McConnell said that Obama on Monday outlined a “left-wing” agenda that promoted big government instead of reaching out to Republicans in order to address fiscal issues facing the country.
Lawmakers are working to avoid automatic spending cuts this spring and instead come up with a larger agreement to address the deficit. McConnell said Obama’s “adversarial tone” doesn’t help both parties coming together for a bipartisan deal.
“I’d like to suggest this morning that the president rethink the adversarial tone he’s adopted in recent weeks,” McConnell said. “Our problems are simply too urgent, and too big, for the president to give up on working with us.
“If he refuses, if he insists on spending the next four years pushing a polarizing, hard-left agenda instead, I assure him he’ll meet a determined opposition not only from Republicans in Washington, but from the very people he seems to believe are squarely on his side in the push to remake government in his image.”
Democrats have suggested that there are still some tax increases, such as closing loopholes that would generate revenue and lower the deficit. But Republicans have said even such increases wouldn’t cover the future federal expenses caused by entitlements, which is why entitlement reform is necessary in any deal.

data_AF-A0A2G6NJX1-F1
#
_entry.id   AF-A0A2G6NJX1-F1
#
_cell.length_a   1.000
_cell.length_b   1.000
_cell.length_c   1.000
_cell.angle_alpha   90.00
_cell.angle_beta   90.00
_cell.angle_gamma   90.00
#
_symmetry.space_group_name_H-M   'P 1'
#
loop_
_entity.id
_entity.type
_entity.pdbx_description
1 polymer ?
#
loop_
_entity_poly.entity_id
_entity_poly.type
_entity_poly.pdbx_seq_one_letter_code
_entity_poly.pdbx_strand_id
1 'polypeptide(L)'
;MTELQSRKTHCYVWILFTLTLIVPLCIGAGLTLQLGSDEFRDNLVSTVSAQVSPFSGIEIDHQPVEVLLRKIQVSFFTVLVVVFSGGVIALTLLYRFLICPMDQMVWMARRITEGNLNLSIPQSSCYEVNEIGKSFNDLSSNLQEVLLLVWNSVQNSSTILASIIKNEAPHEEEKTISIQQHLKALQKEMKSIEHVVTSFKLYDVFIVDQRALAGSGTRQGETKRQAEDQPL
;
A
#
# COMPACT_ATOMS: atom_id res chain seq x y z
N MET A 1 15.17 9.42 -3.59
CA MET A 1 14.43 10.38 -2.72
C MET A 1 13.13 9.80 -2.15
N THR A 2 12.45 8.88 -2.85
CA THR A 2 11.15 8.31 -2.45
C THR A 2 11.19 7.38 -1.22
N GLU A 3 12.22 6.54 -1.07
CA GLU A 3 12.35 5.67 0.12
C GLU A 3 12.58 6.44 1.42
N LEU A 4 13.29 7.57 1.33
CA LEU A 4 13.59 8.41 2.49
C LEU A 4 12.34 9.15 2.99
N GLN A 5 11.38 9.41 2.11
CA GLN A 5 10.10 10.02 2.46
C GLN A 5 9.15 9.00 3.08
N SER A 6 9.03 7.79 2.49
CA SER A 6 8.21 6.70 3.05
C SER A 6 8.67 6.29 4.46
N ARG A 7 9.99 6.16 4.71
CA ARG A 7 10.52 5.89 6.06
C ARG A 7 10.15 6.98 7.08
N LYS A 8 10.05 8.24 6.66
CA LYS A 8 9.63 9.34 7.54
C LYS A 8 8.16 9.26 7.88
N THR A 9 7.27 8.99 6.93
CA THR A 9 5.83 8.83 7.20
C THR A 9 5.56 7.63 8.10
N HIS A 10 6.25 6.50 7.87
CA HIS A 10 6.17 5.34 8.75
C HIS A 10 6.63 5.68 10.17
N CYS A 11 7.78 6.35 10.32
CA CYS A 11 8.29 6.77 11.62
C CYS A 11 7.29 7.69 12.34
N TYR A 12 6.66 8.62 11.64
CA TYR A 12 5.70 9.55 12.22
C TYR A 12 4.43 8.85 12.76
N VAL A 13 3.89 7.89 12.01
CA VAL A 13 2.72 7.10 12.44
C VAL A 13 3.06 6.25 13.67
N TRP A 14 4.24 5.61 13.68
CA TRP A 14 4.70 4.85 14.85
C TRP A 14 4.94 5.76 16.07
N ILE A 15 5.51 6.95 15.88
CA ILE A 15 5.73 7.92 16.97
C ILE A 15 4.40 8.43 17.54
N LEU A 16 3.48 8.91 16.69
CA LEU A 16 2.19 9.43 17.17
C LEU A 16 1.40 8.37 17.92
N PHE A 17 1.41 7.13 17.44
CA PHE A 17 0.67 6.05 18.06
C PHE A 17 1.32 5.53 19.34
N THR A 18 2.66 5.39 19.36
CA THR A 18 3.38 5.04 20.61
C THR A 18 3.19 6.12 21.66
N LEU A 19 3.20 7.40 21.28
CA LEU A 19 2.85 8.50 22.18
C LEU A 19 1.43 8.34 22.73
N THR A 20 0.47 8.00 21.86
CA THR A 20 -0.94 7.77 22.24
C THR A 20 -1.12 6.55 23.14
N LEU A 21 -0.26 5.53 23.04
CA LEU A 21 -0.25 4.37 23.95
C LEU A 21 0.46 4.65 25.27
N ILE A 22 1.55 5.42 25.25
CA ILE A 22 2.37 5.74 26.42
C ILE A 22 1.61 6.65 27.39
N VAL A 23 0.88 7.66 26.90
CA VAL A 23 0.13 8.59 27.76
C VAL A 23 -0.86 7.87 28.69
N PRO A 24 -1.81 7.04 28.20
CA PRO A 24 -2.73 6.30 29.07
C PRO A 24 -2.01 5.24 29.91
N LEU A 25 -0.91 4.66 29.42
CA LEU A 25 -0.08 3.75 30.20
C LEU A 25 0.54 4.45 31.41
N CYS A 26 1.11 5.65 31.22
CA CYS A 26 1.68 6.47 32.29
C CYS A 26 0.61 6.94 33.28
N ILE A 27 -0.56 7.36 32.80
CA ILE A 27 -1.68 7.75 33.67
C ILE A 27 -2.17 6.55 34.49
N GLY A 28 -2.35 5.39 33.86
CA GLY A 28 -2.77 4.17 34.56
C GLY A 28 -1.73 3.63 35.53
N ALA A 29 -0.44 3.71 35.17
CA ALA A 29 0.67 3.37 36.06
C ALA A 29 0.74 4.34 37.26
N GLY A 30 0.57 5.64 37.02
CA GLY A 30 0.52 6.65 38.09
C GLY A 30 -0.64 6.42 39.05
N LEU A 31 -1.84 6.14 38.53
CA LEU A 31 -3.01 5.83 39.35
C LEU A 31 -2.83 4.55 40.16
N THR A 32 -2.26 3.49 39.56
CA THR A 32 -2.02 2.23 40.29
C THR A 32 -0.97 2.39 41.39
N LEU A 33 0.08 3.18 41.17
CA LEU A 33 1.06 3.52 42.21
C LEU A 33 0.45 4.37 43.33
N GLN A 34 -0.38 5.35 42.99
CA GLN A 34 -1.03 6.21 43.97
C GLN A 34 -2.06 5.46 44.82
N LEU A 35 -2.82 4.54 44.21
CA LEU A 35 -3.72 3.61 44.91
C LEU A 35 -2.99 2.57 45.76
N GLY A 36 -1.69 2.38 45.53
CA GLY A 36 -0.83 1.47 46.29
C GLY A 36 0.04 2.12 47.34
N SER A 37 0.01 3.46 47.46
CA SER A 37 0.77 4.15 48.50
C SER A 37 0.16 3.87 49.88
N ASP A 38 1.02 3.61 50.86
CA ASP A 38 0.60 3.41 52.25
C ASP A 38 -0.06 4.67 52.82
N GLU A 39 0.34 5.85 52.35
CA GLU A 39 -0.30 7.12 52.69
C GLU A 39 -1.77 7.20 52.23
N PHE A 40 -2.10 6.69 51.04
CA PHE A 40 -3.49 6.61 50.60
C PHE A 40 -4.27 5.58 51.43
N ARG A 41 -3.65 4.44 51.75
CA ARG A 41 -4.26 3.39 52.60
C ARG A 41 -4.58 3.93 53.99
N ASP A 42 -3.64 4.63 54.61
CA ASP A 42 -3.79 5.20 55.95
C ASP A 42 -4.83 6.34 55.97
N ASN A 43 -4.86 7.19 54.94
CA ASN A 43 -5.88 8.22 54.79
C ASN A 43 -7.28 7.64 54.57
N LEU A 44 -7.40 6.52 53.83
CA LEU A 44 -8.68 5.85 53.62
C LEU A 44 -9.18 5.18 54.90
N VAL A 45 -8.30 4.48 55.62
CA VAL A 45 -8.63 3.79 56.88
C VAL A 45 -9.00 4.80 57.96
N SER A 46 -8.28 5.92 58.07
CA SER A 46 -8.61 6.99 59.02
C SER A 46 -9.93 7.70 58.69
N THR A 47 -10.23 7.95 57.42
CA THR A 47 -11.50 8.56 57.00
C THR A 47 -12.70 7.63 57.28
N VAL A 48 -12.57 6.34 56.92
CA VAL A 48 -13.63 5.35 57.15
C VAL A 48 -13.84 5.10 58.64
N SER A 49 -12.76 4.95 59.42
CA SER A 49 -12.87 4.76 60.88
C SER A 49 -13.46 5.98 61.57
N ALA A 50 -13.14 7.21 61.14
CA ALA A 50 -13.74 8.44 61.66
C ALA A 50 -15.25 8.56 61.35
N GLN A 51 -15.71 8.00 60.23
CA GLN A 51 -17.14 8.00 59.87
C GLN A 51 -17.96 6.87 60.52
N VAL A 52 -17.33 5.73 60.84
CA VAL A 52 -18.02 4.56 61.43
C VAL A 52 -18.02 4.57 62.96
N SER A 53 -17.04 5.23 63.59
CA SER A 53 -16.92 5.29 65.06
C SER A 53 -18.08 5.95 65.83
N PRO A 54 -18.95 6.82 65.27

“Failing to reform the entitlement programs of the last century now is the best way to guarantee they no longer exist in their current form. I mean, you could practically hear the ring of the cash register with every new promise the president made,” McConnell said. “At a time when we can all see the failure of such policies by simply turning on the news, he seemed blissfully unaware of the fact that from Athens to Madrid, the sad, slow death of the left’s big government dream is on display for all to see.
“The president’s vision of an all-powerful government that rights every wrong and heals every wound may warm the liberal heart, but it’s completely divorced from experience and from reality.”
McConnell used a chart to explain that because Baby Boomers are starting to enter the age of entitlement eligibility, it would drastically increase federal spending unless reforms are made. He said Washington has to address its “spending addiction,” not tax more in order to put the federal government on firm fiscal footing.